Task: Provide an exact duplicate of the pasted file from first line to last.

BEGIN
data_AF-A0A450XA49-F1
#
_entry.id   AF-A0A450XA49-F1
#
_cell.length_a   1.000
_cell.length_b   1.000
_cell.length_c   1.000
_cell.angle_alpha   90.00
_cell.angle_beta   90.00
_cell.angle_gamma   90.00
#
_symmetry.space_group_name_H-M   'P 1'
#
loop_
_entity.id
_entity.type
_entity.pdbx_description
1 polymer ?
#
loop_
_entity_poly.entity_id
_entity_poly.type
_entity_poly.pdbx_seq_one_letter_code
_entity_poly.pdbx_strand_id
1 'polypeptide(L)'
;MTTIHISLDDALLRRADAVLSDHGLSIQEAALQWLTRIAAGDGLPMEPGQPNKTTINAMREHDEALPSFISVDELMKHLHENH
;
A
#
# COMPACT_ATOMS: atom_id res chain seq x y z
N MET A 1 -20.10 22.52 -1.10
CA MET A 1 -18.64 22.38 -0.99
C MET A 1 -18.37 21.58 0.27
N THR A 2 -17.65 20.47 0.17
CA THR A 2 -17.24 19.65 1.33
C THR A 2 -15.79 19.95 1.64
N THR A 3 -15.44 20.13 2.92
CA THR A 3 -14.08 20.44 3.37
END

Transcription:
data_AF-A0A450XA49-F1
#
_entry.id   AF-A0A450XA49-F1
#
_cell.length_a   1.000
_cell.length_b   1.000
_cell.length_c   1.000
_cell.angle_alpha   90.00
_cell.angle_beta   90.00
_cell.angle_gamma   90.00
#
_symmetry.space_group_name_H-M   'P 1'
#
loop_
_entity.id
_entity.type
_entity.pdbx_description
1 polymer ?
#
loop_
_entity_poly.entity_id
_entity_poly.type
_entity_poly.pdbx_seq_one_letter_code
_entity_poly.pdbx_strand_id
1 'polypeptide(L)'
;MTTIHISLDDALLRRADAVLSDHGLSIQEAALQWLTRIAAGDGLPMEPGQPNKTTINAMREHDEALPSFISVDELMKHLHENH
;
A
#
# COMPACT_ATOMS: atom_id res chain seq x y z
N MET A 1 -20.10 22.52 -1.10
CA MET A 1 -18.64 22.38 -0.99
C MET A 1 -18.37 21.58 0.27
N THR A 2 -17.65 20.47 0.17
CA THR A 2 -17.24 19.65 1.33
C THR A 2 -15.79 19.95 1.64
N THR A 3 -15.44 20.13 2.92
CA THR A 3 -14.08 20.44 3.37